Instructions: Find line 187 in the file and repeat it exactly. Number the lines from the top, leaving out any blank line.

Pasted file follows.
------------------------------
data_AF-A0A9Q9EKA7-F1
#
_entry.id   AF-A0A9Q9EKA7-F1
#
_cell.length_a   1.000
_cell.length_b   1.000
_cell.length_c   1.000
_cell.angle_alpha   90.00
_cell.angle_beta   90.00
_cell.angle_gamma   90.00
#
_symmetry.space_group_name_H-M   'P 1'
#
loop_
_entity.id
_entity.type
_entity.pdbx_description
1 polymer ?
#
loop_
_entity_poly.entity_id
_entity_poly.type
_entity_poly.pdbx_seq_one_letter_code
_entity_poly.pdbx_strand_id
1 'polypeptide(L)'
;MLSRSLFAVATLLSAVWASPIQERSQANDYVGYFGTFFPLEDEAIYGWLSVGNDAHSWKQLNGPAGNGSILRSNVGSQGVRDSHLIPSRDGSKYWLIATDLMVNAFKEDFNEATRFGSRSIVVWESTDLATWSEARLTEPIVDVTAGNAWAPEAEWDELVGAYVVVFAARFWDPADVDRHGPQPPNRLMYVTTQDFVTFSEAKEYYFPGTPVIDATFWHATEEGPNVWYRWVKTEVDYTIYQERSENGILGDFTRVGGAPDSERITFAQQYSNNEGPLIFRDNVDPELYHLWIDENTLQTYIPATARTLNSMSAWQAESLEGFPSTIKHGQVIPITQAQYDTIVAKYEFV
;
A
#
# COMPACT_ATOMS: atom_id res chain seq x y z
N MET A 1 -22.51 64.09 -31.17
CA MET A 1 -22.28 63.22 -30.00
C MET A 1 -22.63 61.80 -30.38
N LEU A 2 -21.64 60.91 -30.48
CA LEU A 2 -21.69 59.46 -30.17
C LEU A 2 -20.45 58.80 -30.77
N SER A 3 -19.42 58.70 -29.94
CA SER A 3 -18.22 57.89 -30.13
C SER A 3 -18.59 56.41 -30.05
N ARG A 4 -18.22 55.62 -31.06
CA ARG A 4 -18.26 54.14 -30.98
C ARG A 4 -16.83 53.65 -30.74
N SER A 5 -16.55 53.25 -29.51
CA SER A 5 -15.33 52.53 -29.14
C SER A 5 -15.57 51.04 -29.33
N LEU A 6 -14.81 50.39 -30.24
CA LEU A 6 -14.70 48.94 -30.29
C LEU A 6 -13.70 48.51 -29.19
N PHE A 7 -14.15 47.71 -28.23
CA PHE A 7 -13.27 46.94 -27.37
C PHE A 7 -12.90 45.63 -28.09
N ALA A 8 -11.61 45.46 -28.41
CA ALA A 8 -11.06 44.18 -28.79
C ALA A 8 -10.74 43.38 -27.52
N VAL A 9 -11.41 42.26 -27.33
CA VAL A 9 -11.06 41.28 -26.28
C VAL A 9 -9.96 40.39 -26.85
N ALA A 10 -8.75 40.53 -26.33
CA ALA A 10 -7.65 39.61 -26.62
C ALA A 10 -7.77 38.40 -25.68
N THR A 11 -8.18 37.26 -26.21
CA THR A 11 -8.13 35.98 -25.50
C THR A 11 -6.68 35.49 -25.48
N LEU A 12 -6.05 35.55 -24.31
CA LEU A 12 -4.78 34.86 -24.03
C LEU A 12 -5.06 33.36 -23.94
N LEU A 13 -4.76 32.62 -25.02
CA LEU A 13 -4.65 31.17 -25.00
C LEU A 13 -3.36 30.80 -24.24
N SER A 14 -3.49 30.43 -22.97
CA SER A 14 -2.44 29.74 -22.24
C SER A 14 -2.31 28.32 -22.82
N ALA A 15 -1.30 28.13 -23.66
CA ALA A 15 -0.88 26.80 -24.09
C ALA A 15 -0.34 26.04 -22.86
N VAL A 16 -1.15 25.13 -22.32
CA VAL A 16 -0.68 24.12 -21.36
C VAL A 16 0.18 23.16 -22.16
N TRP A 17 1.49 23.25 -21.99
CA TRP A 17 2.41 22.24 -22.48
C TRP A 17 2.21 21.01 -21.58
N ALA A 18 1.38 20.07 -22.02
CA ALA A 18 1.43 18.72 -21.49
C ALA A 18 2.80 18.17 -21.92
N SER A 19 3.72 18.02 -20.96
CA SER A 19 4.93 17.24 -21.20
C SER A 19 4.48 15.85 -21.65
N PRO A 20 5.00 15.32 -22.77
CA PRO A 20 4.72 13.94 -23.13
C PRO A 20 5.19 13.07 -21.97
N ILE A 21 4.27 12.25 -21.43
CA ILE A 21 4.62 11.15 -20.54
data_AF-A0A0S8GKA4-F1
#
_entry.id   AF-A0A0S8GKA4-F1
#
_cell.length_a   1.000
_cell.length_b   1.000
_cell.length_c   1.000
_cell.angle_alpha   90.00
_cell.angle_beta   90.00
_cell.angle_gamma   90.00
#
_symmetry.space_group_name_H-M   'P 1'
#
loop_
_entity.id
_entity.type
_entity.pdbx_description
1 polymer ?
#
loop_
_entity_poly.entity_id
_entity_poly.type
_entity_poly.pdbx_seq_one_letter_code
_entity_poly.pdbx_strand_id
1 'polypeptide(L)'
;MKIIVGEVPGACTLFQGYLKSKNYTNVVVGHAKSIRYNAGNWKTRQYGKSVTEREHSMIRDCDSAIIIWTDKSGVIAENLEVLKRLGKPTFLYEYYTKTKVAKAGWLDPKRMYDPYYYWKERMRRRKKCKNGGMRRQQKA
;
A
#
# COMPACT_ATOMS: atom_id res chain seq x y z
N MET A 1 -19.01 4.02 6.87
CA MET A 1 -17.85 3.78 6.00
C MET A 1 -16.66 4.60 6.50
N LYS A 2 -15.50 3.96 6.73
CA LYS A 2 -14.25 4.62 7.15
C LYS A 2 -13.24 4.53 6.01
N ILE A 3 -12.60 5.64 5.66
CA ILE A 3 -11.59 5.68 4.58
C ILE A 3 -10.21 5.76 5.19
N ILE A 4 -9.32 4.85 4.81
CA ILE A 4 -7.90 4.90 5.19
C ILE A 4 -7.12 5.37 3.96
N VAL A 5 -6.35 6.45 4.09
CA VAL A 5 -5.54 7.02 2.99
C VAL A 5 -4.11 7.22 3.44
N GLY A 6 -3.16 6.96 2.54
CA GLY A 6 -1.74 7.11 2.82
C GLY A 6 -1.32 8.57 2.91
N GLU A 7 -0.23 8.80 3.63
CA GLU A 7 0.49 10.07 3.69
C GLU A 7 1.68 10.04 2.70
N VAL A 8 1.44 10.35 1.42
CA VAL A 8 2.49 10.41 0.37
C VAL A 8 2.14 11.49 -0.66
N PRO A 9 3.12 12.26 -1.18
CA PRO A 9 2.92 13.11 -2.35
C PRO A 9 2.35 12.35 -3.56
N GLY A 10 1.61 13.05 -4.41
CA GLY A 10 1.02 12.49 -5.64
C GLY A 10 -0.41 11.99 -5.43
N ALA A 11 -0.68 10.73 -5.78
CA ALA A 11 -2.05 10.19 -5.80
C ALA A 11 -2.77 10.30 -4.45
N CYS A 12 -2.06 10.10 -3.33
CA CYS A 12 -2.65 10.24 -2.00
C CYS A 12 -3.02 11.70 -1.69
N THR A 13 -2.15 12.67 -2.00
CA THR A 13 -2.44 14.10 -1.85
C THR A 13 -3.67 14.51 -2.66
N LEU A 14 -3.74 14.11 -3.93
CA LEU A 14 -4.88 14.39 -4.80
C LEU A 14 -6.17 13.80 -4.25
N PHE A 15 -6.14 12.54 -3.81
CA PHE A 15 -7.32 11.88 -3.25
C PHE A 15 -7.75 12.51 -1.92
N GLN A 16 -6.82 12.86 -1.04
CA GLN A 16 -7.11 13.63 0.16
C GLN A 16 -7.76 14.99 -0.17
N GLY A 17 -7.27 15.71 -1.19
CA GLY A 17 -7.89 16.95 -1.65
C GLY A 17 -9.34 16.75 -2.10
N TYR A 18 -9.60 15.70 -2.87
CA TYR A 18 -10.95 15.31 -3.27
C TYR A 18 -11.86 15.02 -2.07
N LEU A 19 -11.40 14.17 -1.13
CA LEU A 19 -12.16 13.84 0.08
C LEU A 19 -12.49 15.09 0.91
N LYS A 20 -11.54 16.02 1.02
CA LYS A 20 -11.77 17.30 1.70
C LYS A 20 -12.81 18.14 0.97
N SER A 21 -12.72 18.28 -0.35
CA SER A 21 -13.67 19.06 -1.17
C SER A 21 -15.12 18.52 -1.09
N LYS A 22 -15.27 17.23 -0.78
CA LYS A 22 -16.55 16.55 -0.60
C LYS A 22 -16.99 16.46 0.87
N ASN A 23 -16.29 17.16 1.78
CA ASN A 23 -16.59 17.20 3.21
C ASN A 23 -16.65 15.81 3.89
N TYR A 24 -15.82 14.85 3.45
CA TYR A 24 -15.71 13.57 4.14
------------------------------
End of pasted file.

CA LYS A 22 -16.55 16.55 -0.60